We discussed some of J&J Vision’s ambitious initiatives to whittle down that overwhelming number of 285 million, beginning with professional education. On average, more than 125,000 eye health professionals each year receive instruction through the Johnson & Johnson Institute. Trainings take place online and in person in cities across the country, and soon, at its new Surgical Vision Experience Center launching at the Johnson & Johnson Institute in Jacksonville, Florida. J&J Vision is committed to improving proficiencies, driving consistent high-quality outcomes and developing clinical confidence for surgeons — covering best practices for personalized approaches to IOL selection for cataract procedures, using topo-integrated wavefront-guided LASIK procedures, and diagnosing and treating the root cause of dry eye.

There is also a humanitarian arm of J&J Vision. It is a proud sponsor of the Himalayan Cataract Project with an extensive network of partners, and it also partners with Lions Clubs International and other local groups for the Sight for Kids program, which provides access to free eye exams, eyeglasses and eye health education.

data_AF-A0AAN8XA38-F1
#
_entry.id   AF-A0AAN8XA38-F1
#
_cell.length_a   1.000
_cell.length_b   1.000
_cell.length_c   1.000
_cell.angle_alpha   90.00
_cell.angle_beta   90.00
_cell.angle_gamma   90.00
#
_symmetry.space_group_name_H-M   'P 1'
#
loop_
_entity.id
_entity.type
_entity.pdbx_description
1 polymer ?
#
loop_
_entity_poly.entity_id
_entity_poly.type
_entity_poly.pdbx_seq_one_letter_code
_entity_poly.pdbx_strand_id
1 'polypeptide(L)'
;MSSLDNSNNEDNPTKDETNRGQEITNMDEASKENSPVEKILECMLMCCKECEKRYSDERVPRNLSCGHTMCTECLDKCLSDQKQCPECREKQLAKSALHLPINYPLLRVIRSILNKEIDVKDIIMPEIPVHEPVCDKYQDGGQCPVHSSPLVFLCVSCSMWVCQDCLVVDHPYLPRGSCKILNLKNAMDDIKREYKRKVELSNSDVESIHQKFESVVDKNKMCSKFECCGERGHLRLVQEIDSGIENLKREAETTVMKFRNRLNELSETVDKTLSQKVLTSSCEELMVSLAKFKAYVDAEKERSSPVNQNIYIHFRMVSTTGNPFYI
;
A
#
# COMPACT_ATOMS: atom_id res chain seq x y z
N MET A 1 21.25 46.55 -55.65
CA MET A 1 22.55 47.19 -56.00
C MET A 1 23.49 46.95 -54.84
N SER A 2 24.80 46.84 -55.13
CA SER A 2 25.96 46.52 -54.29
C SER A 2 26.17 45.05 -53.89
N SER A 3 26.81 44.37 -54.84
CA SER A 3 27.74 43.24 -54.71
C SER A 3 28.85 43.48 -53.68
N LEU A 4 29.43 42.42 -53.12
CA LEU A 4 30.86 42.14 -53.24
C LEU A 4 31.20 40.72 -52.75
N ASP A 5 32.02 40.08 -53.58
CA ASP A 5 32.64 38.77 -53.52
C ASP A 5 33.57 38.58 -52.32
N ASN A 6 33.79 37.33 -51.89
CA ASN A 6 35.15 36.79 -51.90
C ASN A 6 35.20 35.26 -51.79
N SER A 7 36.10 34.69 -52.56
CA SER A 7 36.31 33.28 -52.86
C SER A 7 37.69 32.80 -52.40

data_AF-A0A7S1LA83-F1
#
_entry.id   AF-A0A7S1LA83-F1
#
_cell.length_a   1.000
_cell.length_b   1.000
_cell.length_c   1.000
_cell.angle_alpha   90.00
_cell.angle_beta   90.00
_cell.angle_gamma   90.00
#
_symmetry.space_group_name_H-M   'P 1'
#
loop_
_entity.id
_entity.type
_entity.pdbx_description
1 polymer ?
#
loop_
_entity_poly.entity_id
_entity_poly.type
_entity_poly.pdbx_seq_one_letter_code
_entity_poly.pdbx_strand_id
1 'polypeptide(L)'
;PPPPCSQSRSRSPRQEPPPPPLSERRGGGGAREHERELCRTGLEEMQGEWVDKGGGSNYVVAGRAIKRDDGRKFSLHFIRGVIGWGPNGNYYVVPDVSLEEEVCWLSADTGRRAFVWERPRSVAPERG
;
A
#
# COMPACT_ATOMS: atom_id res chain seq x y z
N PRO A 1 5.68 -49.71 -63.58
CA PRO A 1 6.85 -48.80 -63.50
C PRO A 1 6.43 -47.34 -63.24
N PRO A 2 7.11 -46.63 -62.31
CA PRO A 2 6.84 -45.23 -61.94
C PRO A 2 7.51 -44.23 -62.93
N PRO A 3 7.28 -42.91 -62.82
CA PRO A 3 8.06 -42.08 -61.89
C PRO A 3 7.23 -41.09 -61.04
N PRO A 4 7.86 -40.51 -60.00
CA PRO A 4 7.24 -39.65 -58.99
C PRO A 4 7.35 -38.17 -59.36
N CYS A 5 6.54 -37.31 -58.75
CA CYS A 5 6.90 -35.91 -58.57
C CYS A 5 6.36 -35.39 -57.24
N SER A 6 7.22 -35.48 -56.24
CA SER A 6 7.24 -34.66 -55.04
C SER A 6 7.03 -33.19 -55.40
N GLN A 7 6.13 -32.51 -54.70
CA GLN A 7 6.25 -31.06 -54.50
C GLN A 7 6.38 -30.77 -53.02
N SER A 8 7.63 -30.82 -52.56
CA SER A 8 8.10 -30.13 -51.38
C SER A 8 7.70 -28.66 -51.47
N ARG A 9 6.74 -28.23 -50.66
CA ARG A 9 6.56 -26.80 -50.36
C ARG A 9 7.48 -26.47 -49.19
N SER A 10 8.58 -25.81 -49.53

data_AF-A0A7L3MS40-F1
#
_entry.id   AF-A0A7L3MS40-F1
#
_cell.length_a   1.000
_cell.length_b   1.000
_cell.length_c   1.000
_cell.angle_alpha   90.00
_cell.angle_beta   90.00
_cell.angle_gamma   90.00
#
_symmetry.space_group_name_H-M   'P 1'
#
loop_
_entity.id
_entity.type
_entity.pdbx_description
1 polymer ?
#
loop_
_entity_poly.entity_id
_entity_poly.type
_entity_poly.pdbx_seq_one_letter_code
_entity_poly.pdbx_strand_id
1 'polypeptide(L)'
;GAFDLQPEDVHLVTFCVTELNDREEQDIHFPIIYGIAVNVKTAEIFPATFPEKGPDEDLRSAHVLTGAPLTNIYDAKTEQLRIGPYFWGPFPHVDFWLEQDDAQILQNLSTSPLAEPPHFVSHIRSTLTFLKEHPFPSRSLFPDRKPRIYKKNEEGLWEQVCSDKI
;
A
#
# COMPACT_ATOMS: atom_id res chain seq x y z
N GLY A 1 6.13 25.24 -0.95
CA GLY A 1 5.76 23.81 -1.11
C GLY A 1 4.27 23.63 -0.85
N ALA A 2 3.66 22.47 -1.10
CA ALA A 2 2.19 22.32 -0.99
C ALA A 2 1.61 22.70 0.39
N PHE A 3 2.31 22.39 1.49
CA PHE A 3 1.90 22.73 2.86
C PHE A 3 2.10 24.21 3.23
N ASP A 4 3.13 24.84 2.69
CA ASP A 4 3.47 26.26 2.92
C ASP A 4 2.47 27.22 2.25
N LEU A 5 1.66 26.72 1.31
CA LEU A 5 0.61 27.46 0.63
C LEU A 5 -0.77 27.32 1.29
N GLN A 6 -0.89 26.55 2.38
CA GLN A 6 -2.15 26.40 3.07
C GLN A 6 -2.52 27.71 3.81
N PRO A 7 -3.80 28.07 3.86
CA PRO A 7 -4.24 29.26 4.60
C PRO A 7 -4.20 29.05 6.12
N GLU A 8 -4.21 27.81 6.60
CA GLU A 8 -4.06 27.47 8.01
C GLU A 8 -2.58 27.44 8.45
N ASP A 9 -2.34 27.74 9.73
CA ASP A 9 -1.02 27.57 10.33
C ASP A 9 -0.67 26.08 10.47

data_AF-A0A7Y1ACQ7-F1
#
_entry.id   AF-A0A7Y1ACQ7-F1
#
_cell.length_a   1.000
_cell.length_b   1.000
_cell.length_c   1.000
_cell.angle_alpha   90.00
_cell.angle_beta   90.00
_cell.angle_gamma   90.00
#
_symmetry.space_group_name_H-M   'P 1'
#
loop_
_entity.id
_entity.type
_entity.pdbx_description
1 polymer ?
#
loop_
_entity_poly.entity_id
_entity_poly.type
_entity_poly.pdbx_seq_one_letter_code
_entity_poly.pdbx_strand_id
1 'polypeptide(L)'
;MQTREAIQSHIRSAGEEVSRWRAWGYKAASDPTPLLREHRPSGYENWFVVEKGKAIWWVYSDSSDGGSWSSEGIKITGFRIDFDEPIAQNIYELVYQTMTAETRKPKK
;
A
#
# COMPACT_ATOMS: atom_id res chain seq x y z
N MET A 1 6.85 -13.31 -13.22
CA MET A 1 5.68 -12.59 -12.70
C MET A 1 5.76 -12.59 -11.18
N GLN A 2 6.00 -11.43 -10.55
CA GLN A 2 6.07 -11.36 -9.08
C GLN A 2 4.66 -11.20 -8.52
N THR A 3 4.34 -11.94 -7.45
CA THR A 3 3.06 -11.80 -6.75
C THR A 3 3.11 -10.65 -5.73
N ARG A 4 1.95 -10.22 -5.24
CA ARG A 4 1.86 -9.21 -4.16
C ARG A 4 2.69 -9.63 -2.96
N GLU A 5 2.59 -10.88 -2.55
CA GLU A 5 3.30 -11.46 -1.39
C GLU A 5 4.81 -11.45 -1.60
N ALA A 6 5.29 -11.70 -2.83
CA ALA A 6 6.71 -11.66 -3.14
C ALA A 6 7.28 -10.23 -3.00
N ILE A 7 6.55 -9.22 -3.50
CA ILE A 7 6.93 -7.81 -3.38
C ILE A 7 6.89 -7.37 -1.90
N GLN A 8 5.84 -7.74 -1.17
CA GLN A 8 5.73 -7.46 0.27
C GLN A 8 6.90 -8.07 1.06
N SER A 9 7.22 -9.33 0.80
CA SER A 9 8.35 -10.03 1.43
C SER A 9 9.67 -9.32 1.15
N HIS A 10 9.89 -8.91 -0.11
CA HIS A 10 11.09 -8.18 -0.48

The ancient Chinese philosopher, Lao Tzu, said, “A journey of a thousand miles begins with the first step.” I believe industry-wide collaboration will generate access. And by joining forces, we would travel farther than a thousand miles. What do you think?

Disclosure: Steinert reports no relevant financial disclosures.

Access. This word came up repeatedly during my interview with Tom Frinzi, worldwide president of Johnson & Johnson Vision’s surgical business. Specifically, how do you enable access to the best treatment options to all patients with eye disease? Domestically, globally, and in the developed and underdeveloped markets. Tom told me that providing access is his personal and professional mission and challenge. An audacious problem as easily solved as world hunger or peace in the Middle East, but that will not stop Tom, and others in the ophthalmic industry, from continuing to seek a solution.